Calais children: More youngsters arriving in UK
Children are continuing to arrive in the UK from the migrant camp in Calais, with another three coach-loads expected in Croydon, south London.
They have been coming since Monday - some with family in the UK and others without relatives here, but judged to be vulnerable.
French officials say around 200 children have left the so-called Jungle migrant camp for the UK this week.
The camp is due to close on Monday and its estimated 7,000 occupants moved.
About 10,000 leaflets are being handed out by the French authorities, telling people to report to a reception point where they will be taken to other parts of France and given the opportunity to claim asylum.
But there is concern that some migrants will refuse to go because they still want to get to Britain.
There have been scenes of violence as some attempt to board lorries bound for the UK, clashing with drivers and police in the process.
Of those children who have arrived in Britain, about 50 to 70 are expected to be taken to a hostel in north Devon on either Sunday evening or Monday morning.
Devon County Council said its purpose was to offer a safe and welcoming place for them to stay before being reunited with family members or moved to other parts of the country.
Councillor James McInnes said they would be "vulnerable" young people who would be "frightened" and "exhausted".
Children who have family links have been admitted to the UK under the Dublin regulation - which requires evidence that they have relatives here who can care for them.
Others, without family ties, have arrived under "Dubs amendment" rules which allow particularly vulnerable children - such as girls and those under 13 - refuge in the UK.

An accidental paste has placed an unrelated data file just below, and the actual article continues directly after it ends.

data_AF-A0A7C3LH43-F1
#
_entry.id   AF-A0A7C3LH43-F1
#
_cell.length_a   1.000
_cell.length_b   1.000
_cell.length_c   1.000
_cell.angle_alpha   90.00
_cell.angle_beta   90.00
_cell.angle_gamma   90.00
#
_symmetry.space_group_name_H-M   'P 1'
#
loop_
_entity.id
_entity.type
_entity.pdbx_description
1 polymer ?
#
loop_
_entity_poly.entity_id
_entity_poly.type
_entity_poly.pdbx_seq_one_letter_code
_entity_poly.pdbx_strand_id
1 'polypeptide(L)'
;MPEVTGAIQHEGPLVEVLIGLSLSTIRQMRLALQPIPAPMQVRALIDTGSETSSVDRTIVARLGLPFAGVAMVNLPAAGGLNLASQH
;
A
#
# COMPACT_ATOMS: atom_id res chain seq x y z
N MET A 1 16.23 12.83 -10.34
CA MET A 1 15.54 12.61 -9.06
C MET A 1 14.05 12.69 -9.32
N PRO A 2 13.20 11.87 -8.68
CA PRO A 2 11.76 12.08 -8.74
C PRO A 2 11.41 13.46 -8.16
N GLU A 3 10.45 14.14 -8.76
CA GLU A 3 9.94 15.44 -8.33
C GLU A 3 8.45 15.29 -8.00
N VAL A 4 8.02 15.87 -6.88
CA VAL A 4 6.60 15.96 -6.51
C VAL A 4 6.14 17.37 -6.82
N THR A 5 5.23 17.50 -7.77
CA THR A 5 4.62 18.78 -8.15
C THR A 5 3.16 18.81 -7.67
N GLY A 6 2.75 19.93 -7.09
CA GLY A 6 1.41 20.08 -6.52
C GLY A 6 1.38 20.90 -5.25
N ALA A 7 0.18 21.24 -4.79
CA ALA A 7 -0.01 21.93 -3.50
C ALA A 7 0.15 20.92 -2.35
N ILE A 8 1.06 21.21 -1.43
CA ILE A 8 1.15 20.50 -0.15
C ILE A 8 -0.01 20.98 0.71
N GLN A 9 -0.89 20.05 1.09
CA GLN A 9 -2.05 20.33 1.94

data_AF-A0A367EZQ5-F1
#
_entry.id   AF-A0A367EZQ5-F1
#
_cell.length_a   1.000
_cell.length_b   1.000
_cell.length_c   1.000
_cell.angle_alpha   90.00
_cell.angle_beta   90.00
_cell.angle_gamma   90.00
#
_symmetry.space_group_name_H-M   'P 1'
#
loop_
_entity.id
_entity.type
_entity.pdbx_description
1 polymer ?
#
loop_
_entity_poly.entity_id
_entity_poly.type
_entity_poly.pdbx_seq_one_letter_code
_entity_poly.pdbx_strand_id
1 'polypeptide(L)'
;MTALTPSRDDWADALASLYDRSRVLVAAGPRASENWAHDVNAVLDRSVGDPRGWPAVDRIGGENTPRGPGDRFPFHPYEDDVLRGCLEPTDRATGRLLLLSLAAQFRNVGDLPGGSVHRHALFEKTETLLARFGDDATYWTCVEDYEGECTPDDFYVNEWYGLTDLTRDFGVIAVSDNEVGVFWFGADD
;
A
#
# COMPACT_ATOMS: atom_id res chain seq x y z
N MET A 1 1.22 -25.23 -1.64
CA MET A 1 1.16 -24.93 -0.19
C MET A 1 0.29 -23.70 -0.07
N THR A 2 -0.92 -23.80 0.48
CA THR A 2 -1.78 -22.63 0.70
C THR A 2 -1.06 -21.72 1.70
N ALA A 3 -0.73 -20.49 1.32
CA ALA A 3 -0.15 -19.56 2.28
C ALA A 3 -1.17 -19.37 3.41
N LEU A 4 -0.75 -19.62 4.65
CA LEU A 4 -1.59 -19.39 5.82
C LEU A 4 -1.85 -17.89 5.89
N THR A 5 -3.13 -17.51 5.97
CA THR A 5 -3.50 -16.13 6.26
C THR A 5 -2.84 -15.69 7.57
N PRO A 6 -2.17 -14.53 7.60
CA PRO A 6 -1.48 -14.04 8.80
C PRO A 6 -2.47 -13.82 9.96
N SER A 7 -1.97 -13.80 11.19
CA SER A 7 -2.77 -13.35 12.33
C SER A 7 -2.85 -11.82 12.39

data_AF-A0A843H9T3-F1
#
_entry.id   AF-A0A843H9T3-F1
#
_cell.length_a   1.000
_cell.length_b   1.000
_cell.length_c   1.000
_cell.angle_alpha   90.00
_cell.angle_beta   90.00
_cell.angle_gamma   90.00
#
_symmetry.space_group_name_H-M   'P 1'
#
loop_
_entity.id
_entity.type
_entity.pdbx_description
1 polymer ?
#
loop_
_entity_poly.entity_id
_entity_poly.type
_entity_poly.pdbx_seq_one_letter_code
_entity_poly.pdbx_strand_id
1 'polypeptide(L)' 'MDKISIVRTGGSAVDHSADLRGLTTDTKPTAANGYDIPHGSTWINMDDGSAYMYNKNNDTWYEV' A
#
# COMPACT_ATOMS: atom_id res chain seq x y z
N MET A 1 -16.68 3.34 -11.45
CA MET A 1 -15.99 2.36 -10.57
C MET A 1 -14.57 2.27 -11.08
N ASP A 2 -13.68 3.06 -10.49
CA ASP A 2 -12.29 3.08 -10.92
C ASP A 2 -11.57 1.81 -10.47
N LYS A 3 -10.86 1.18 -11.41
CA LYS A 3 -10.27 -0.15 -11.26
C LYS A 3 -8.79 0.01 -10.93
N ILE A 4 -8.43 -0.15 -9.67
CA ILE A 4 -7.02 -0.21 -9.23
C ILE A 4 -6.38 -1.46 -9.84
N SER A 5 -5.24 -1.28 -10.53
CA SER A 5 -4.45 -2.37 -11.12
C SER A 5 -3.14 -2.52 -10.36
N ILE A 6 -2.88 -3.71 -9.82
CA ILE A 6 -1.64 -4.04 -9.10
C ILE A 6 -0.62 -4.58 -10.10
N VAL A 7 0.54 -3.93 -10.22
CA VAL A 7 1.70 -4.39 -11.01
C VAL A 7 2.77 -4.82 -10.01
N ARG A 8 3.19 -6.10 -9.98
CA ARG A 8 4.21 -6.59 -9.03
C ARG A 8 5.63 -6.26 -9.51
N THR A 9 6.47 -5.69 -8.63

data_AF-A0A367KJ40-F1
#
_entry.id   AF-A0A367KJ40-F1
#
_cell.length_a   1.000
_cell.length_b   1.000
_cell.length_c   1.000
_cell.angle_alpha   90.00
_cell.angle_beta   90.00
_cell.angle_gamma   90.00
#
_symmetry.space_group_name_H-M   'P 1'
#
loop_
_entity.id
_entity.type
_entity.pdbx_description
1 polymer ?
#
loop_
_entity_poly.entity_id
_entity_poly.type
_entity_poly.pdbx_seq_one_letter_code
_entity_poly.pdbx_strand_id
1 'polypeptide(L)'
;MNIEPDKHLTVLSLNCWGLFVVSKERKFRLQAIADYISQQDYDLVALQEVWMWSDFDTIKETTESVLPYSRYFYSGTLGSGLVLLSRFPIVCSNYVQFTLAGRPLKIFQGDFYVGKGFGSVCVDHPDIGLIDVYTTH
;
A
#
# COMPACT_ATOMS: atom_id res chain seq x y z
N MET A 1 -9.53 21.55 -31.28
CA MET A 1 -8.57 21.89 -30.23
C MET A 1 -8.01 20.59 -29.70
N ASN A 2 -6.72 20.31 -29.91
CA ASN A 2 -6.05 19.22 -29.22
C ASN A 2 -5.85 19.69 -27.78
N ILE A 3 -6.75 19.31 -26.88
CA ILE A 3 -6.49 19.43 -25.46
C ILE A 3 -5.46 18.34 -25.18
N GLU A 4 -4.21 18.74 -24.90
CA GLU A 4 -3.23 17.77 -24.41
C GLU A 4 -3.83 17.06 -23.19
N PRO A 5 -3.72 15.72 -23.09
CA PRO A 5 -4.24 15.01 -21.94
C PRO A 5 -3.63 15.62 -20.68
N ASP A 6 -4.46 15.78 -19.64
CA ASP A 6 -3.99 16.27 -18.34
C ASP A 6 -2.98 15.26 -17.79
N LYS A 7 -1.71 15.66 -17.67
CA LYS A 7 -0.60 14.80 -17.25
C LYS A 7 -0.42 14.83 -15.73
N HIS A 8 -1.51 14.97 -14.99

The Home Office has refused to comment on claims in the Observer newspaper that some children are being held in an immigration detention unit near Gatwick airport and others placed in foster care.
He said migrants should have their teeth tested to verify their ages. The call was rejected by the government which pointed out such examinations have been described as "inaccurate, inappropriate and unethical" by dental experts.
Chief executive of the Joint Council for the Welfare of Immigrants, Saira Grant, said the process to get children out of Calais had been "shambolic".
She condemned the controversy over the ages, saying: "It creates an artificial distinction which suggests that all the others who fled war, atrocities and persecution are not worthy of our help because they are adults."
But UKIP leadership candidate Raheem Kassam said the government should publish records of the migrants allowed in to the UK.
He told Sky News' Murnaghan programme: "We don't want their faces, we don't want their names attached to these things, but we can show these tests have been done."
Lord Dubs successfully campaigned for an amendment to the Immigration Bill in April allowing for unaccompanied child migrants to be brought to the UK where they do not have family links but are considered to be at risk.
What is the 'Jungle'?
- The "Jungle" camp is near the port of Calais, and close to the 31-mile Channel Tunnel
- Officially, about 7,000 migrants live in the camp - humanitarian groups say the number is closer to 10,000
- Despite an increasing population, the camp's size was halved earlier this year
- But the camp's population has continued to rise, and reports of violence have increased
- Many migrants attempt to hide themselves in cargo vehicles entering the Channel Tunnel
- The area has been hit by protests from both locals and truck operators